Genes involved directly in NF-κB including TNF signaling are shown in bold letter.

Activation z-score indicates activation state of transcriptional regulators. This is based on expression of downstream genes. Above/below 1 means activation/inhibition of the transcriptional regulator.

Overlap p-value indicates significant overlap between DEGs and a transcriptional regulator that could regulate the DEGs.

Table 4: Top 5 “Upstream regulators” from the RNA-seq by KEGG

Parental vs. R10

KEGG pathway

p-value

No. of DEG involved / No. of genes in pathway

Contributing genes in dataset

hsa04514:Cell adhesion molecules (CAMs)

0.0014

7/132

CDH5, CDH2, NCAM, NGL1, SELL, SDC, VCAN

hsa05410:Hypertrophic cardiomyopathy (HCM)

0.0039

5/85

DHPR, TnC, MYL2, ACE1, TGFβ

hsa04060:Cytokine-cytokine receptor interaction

0.043

9/262

CCL20, CCL2, CX3CL1, KITLG, NGFR, SF14, TNFSF18, TGFB2, IL1R2

hsa04610:Complement and coagulation cascades

0.086

4/69

Coagulation factor III (thromboplastin, tissue factor), complement component 1, subcomponent, proteins (aopha), serpin peptidase inhibitor clade E (nexin plasminogen activator inhibitor type 1) member1

Parental vs. R100

KEGG pathway

p-value

No. of DEG involved / No. of genes in pathway

Contributing genes in dataset

hsa04060:Cytokine-cytokine receptor interaction

3.13E-06

19/262

CXCL3, CXCL5, CXCL10, CXCL1, CCL2, CCL20, IL23A, CSF2, KITLG, FLT1, TNFSF15, TNFSF18, SFIIB, NGFR, SFIB, SF14, SF9, TGFB2, INHBA

hsa04070:Phoshatidylinositol signaling system

0.016

6/74

Diacylglycerol kinase, iota, inositol 1,4,5-triphoshate3-kinaseA, phospholipase C, beta 1(phosphoinositide-specific), phospholipase C, delta 1, synaptojanin 2

hsa00562:Inositol phosphate matabolism

0.022

5/54

Inositol 1,4,5-triphoshate3-kinase A, Phospholipase C, beta 1 (phosphoinositide-specific), phospholipase C, delta 1, synaptojanin 2

hsa04512:ECM-receptor interaction

0.026

6/84

Collagen type1 alpha2, Reelin, THBS, Syndecan, CD47, Collagen Type VI alpha 1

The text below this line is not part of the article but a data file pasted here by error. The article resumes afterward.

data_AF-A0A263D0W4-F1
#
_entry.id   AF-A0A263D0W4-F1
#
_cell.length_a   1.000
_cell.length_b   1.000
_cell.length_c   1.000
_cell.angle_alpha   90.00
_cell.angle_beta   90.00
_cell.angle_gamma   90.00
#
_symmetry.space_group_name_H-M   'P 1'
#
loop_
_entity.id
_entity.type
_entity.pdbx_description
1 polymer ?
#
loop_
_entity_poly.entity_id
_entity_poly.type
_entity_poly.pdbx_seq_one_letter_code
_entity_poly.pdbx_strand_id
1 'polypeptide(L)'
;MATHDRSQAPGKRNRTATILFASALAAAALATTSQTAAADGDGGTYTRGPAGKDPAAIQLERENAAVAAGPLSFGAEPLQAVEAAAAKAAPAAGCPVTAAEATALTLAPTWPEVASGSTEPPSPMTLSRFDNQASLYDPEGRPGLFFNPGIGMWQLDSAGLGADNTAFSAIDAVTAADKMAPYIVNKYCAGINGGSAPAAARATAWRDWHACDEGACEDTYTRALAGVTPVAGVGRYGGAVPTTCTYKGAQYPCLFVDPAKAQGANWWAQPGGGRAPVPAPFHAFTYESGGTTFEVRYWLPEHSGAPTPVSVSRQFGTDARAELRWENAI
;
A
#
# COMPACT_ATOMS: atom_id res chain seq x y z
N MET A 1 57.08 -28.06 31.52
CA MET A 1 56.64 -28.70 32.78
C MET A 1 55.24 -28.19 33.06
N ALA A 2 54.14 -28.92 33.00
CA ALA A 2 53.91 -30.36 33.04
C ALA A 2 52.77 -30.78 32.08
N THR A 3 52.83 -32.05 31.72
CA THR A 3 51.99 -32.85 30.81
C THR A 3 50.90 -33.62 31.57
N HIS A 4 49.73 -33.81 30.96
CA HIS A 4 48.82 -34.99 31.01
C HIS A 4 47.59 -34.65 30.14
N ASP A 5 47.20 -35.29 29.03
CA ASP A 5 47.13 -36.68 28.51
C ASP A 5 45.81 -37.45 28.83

hsa04510:Focal adhesion

0.048

9/201

Baculoviral IAP repeat-containing 3, collagen type1 alpha2, collagen type VI alpha1, fms-related tyrosine kinase, myosine light chain kinase, myosine light chain 2, Platelet derived growth factor D, reelin, thrombospondinl

hsa04062:Chemokine signaling pathway

0.080

8/187

CCL2, CCL20, CXCL10, CXCL3, CXCL5, CX3CL1, adenylate cyclase4, phospholipase C beta (phosphoinositide-specific)

PARP resistant cells are sensitive to NF-κB inhibition, and Bortezomib treatment

In accordance with a central role for NF-κB signaling in mediating resistance to PARP inhibitors, we show that the PARP inhibitor-resistant UWB1.289 or HCC1937 clones (R10, R100 and R500) are sensitive to an NF-κB inhibitor BAY 11–7082 compared to the parental cells (Figure 4A and 4B). Bortezomib a proteasome inhibitor, also impacts on the NF-κB pathway through protection of IκBα from the proteolysis by ubiquitin proteasome system [23]. Whether bortezomib works as an inhibitor of NF-κB signaling is controversial [24, 25], but it has been demonstrated that bortezomib kills cells with up-regulated NF-κB signaling [26]. As the drug is currently approved by the U.S. Food and Drug Administration for clinical use in the treatment of Multiple Myeloma [27], we checked the cellular sensitivity to bortezomib in UWB1.289 or HCC1937 cells. As expected, bortezomib kills PARP inhibitor-resistant cells derived from UWB1.289 preferentially compared to the parental cells (Figure 4C). This effect is also observed in HCC1937 (Figure 4D). We further tested whether bortezomib inhibits or activates NF-κB signaling in the PARP inhibitor-resistant cells. Bortezomib indeed decreases nuclear retention of p65 preferentially in PARP inhibitor-resistant lines compared to parental UWB1.289 (Figure 4E) or HCC1937 cells (Figure 4F), suggesting that it seems to inhibit NF-κB signaling in the setting of acquired PARP resistance.

NF-&#x03BA;B is up-regulated in PARP inhibitor-resistant cells.